Crouching Tangents, Hidden Danger: Assessing Development of Dangerous Misconceptions within Serious Games for Healthcare Education

Crouching Tangents, Hidden Danger: Assessing Development of Dangerous Misconceptions within Serious Games for Healthcare Education

Miguel A. Garcia-Ruiz (Algoma University, Canada), Jayshiro Tashiro (University of Ontario Institute of Technology, Canada), Bill Kapralos (University of Ontario Institute of Technology, Canada) and Miguel Vargas Martin (University of Ontario Institute of Technology, Canada)
DOI: 10.4018/978-1-61692-825-4.ch014
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In this chapter, the authors examine different types of serious games for healthcare education and pose some hard questions about what they know and do not know about their effectiveness. As part of our analysis, the authors explore general aspects of the use of educational simulations as teaching-learning-assessment tools, but try to tease out how to study the potential such tools might have for leading students toward developing misconceptions. Being powerful instruments with the potential of enhancing healthcare education in extraordinary ways, serious games and simulations have the possibility of improving students’ learning and skills outcomes.Their contribution is an overview of current education technologies related to serious games and simulations with a perspective of potential development of misconceptions in the healthcare education community, with a special focus on millennial students. In addition, the authors provide insight on evidence-based learning and give a perspective of future trends.
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Our work in the health sciences identified a number of issues in the literature that raise concerns about possibilities of health sciences students developing misconceptions while working within certain types of instructional modalities. Some of these misconceptions could have deadly consequences as these students progress into positions of healthcare providers and become engaged in patient care. Misconceptions can be defined as students' mistaken thoughts, ideas, notions, an underdeveloped pattern recognition (Balkissoon, Blossfield, Salud, Ford, & Pugh, 2009), and can develop before, during, and after learning, leading to erroneous concepts in conceptual and performance competencies (Ozmen, 2004). A number of students' mistaken beliefs about the sciences are present in incoming student population, which affect students' performance in undergraduate and even graduate courses (Halloun & Hestenes, 1985; Ozmen, 2004). Literature describes a number of studies regarding students' misconceptions in the health sciences, including students' erroneous concepts, such as in respiratory physiology (Michael et al., 1999). Emerging computer simulations have been used to uncover and address serious health science students' misconceptions, such as erroneous preconceptions in clinical digital rectal examination (Balkisoon et al., 2009), a critical procedure used in the detection of colon cancer that needs to be properly learned and practiced.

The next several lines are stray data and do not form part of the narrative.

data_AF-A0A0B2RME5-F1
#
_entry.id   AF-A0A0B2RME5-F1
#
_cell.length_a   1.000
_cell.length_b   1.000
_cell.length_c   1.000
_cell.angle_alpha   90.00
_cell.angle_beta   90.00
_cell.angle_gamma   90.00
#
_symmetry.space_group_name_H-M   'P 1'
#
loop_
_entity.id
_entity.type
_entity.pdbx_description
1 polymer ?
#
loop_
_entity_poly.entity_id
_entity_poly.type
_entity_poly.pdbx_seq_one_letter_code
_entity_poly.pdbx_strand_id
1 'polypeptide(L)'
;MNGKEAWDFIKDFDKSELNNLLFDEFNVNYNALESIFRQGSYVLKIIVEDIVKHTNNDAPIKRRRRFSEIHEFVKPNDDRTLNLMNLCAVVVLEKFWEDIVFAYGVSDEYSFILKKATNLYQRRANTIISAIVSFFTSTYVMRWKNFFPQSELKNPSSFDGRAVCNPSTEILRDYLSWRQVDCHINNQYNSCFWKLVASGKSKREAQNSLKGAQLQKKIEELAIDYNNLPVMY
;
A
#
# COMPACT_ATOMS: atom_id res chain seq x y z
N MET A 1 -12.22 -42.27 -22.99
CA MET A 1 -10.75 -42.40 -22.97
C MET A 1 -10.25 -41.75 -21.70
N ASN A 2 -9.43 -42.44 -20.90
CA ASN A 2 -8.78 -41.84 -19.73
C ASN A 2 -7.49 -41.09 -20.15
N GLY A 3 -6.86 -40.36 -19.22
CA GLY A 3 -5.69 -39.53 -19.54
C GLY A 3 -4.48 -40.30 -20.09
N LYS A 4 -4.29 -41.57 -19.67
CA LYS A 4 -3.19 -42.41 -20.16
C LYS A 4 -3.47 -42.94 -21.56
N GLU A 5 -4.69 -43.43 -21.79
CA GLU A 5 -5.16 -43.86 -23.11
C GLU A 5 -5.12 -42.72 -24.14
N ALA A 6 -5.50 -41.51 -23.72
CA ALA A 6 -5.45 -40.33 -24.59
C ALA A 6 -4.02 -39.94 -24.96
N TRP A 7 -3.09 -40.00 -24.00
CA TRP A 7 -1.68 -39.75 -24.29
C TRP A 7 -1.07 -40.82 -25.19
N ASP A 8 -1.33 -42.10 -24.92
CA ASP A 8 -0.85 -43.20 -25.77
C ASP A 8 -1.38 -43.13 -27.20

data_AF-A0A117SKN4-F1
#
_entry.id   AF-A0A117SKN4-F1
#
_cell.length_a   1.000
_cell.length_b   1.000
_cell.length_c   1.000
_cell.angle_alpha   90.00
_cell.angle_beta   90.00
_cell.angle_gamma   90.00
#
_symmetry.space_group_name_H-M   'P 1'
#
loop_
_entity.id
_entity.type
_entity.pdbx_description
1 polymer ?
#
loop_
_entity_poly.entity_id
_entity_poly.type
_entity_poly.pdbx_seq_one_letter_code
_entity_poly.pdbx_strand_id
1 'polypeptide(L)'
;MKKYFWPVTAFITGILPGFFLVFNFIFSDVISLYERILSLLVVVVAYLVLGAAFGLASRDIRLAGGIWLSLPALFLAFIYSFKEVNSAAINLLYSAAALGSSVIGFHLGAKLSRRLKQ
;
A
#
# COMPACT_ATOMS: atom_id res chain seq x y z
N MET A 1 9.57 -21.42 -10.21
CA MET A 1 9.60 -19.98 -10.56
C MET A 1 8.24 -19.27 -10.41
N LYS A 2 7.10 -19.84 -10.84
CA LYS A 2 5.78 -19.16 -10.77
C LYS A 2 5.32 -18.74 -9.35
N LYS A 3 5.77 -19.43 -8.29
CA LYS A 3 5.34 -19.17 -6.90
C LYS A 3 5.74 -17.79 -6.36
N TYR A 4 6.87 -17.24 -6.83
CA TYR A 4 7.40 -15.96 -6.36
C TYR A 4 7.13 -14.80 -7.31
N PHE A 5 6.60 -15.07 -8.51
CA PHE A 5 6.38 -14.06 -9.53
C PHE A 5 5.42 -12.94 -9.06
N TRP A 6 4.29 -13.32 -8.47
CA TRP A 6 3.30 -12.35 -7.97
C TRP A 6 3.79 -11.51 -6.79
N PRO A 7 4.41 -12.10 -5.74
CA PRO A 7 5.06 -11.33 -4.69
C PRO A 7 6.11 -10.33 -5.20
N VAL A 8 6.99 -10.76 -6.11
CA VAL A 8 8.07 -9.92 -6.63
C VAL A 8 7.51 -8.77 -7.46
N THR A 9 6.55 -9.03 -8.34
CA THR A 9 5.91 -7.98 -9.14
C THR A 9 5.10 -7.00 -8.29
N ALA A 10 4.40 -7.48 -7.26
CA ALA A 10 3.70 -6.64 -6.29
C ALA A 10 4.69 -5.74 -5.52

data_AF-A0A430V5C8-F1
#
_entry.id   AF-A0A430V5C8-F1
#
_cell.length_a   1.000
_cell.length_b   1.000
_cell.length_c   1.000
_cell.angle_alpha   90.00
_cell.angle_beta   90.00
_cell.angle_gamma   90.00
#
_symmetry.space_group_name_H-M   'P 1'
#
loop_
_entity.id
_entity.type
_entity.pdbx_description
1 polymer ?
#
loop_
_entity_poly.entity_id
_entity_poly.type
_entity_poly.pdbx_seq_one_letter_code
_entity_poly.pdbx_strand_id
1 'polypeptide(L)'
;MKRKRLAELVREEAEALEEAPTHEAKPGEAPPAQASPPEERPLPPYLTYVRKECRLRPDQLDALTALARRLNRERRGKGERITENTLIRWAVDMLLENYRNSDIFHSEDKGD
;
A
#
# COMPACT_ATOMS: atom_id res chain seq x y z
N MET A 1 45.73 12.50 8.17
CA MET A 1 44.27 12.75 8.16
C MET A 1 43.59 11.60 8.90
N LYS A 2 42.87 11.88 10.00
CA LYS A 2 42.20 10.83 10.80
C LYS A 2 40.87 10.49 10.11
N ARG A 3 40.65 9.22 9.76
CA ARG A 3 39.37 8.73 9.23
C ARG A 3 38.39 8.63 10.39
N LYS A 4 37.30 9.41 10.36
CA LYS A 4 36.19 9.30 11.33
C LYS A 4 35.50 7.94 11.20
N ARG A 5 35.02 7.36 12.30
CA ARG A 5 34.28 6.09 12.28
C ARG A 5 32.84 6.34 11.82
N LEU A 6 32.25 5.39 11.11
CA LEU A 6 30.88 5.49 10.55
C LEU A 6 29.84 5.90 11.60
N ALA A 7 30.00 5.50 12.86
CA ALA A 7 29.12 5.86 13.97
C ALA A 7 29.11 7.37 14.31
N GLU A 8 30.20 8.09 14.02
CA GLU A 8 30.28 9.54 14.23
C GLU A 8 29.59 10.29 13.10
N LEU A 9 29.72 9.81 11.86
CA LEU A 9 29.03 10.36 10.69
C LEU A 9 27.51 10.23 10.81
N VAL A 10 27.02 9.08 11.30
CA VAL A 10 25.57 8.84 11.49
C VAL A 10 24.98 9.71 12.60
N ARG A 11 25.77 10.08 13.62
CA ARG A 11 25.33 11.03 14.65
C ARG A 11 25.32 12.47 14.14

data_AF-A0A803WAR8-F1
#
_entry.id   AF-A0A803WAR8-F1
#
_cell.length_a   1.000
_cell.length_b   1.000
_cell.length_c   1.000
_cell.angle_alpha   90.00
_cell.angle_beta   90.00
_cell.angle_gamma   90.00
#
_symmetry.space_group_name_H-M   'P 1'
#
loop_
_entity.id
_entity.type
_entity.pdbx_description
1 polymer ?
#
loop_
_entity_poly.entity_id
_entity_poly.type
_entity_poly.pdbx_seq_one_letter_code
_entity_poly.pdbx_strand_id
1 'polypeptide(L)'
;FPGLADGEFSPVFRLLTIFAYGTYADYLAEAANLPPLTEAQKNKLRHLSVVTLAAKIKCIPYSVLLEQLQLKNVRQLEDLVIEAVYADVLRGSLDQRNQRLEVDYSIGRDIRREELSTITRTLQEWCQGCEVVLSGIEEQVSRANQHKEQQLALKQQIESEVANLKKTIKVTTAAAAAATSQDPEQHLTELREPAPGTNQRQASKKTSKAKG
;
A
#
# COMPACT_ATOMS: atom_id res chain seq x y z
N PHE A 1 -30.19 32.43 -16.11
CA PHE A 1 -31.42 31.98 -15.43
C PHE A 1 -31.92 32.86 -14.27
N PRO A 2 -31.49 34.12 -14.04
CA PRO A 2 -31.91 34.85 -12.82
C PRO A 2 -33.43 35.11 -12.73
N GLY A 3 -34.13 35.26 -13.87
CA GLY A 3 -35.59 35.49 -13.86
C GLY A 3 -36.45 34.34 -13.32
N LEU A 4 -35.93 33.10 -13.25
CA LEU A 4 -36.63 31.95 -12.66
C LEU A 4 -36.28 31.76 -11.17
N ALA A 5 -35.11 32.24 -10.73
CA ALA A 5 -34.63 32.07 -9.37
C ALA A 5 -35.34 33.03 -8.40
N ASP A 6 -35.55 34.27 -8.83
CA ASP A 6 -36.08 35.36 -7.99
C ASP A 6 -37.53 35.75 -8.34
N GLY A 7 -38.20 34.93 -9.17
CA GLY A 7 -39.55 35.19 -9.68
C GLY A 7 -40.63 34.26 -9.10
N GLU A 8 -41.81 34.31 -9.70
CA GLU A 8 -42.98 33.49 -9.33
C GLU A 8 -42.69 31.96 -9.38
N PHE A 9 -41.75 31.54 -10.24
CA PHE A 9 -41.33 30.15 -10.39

In this chapter, we argue that serious games (video games whose main objective is educational in contrast to entertainment) and computer simulations appear to have a high potential for shifting the way content and skills are taught and possibly improving higher order reasoning. However, we also point out that evidence is lacking for a generalized theory of how and why to build serious games so that they “really work” to improve learning in predictable ways and so that they do not promote development of misconceptions. We feel there has been very little attention given to how misconceptions are developed. Certainly, there are some interesting and important contributions to research on misconceptions. As mentioned above, there have been studies of misconception development by medical students, undergraduates working in respiratory therapy, and a major review of misconceptions developed by students studying chemistry (Balkissoon et al., 2009; Michael et al., 1999; Ozmen, 2004). And, we note very interesting work by Barab and colleagues related to conceptual understanding and consequential engagement in virtual, immersive learning environments (Gresalfi, Barab, Siyahhan, & Christensen, 2009; Barab, Scott, Siyahhan, Goldstone, Ingram-Goble, Zuiker, & Warren, 2009; Hickey, Ingram-Goble, & Jameson, 2009). Even so, given the importance of misconception development in healthcare training, the paucity of research is surprising.

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